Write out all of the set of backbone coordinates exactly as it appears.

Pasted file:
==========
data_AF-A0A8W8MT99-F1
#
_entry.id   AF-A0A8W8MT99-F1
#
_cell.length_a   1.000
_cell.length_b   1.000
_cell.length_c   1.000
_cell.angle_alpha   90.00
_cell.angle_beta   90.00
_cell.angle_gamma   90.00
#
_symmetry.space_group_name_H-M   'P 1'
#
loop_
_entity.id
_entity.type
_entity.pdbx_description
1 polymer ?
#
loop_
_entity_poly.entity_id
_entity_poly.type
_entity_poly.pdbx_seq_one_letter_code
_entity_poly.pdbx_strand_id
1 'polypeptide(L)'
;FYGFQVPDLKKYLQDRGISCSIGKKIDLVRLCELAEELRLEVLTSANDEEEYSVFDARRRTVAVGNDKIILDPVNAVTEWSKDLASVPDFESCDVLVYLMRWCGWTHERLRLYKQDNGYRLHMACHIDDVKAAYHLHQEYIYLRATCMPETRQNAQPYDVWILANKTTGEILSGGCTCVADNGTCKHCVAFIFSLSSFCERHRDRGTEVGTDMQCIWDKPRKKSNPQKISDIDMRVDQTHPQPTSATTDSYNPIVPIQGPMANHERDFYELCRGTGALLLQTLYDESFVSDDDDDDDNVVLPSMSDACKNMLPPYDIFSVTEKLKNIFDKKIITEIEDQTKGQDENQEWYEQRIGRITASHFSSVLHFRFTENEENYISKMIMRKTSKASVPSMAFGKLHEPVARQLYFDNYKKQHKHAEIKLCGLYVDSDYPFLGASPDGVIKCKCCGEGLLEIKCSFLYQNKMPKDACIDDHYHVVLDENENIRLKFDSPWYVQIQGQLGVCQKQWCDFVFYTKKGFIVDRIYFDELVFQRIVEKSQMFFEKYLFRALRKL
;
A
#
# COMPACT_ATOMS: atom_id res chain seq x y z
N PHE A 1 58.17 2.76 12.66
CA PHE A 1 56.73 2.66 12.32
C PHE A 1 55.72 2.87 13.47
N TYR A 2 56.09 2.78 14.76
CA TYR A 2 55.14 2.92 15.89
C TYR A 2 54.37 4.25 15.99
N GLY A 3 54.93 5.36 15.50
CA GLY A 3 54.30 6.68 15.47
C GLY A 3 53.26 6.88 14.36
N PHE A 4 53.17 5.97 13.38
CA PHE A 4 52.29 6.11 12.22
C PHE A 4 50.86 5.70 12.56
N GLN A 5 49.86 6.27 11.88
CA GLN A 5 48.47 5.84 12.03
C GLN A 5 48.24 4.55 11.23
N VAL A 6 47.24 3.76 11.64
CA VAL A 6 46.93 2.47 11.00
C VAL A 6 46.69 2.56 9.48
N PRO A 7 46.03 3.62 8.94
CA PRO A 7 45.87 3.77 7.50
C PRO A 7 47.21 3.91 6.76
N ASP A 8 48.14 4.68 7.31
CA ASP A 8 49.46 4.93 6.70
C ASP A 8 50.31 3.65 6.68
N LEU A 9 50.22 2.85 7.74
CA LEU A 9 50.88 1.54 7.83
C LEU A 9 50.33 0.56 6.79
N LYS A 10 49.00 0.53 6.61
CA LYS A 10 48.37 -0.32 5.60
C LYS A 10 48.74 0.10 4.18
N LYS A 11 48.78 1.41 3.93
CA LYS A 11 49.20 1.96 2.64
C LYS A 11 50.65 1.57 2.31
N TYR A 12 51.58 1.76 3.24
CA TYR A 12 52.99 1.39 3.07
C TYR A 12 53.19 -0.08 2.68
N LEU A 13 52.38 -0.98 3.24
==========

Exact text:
data_AF-A0A8W8MT99-F1
#
_entry.id   AF-A0A8W8MT99-F1
#
_cell.length_a   1.000
_cell.length_b   1.000
_cell.length_c   1.000
_cell.angle_alpha   90.00
_cell.angle_beta   90.00
_cell.angle_gamma   90.00
#
_symmetry.space_group_name_H-M   'P 1'
#
loop_
_entity.id
_entity.type
_entity.pdbx_description
1 polymer ?
#
loop_
_entity_poly.entity_id
_entity_poly.type
_entity_poly.pdbx_seq_one_letter_code
_entity_poly.pdbx_strand_id
1 'polypeptide(L)'
;FYGFQVPDLKKYLQDRGISCSIGKKIDLVRLCELAEELRLEVLTSANDEEEYSVFDARRRTVAVGNDKIILDPVNAVTEWSKDLASVPDFESCDVLVYLMRWCGWTHERLRLYKQDNGYRLHMACHIDDVKAAYHLHQEYIYLRATCMPETRQNAQPYDVWILANKTTGEILSGGCTCVADNGTCKHCVAFIFSLSSFCERHRDRGTEVGTDMQCIWDKPRKKSNPQKISDIDMRVDQTHPQPTSATTDSYNPIVPIQGPMANHERDFYELCRGTGALLLQTLYDESFVSDDDDDDDNVVLPSMSDACKNMLPPYDIFSVTEKLKNIFDKKIITEIEDQTKGQDENQEWYEQRIGRITASHFSSVLHFRFTENEENYISKMIMRKTSKASVPSMAFGKLHEPVARQLYFDNYKKQHKHAEIKLCGLYVDSDYPFLGASPDGVIKCKCCGEGLLEIKCSFLYQNKMPKDACIDDHYHVVLDENENIRLKFDSPWYVQIQGQLGVCQKQWCDFVFYTKKGFIVDRIYFDELVFQRIVEKSQMFFEKYLFRALRKL
;
A
#
# COMPACT_ATOMS: atom_id res chain seq x y z
N PHE A 1 58.17 2.76 12.66
CA PHE A 1 56.73 2.66 12.32
C PHE A 1 55.72 2.87 13.47
N TYR A 2 56.09 2.78 14.76
CA TYR A 2 55.14 2.92 15.89
C TYR A 2 54.37 4.25 15.99
N GLY A 3 54.93 5.36 15.50
CA GLY A 3 54.30 6.68 15.47
C GLY A 3 53.26 6.88 14.36
N PHE A 4 53.17 5.97 13.38
CA PHE A 4 52.29 6.11 12.22
C PHE A 4 50.86 5.70 12.56
N GLN A 5 49.86 6.27 11.88
CA GLN A 5 48.47 5.84 12.03
C GLN A 5 48.24 4.55 11.23
N VAL A 6 47.24 3.76 11.64
CA VAL A 6 46.93 2.47 11.00
C VAL A 6 46.69 2.56 9.48
N PRO A 7 46.03 3.62 8.94
CA PRO A 7 45.87 3.77 7.50
C PRO A 7 47.21 3.91 6.76
N ASP A 8 48.14 4.68 7.31
CA ASP A 8 49.46 4.93 6.70
C ASP A 8 50.31 3.65 6.68
N LEU A 9 50.22 2.85 7.74
CA LEU A 9 50.88 1.54 7.83
C LEU A 9 50.33 0.56 6.79
N LYS A 10 49.00 0.53 6.61
CA LYS A 10 48.37 -0.32 5.60
C LYS A 10 48.74 0.10 4.18
N LYS A 11 48.78 1.41 3.93
CA LYS A 11 49.20 1.96 2.64
C LYS A 11 50.65 1.57 2.31
N TYR A 12 51.58 1.76 3.24
CA TYR A 12 52.99 1.39 3.07
C TYR A 12 53.19 -0.08 2.68
N LEU A 13 52.38 -0.98 3.24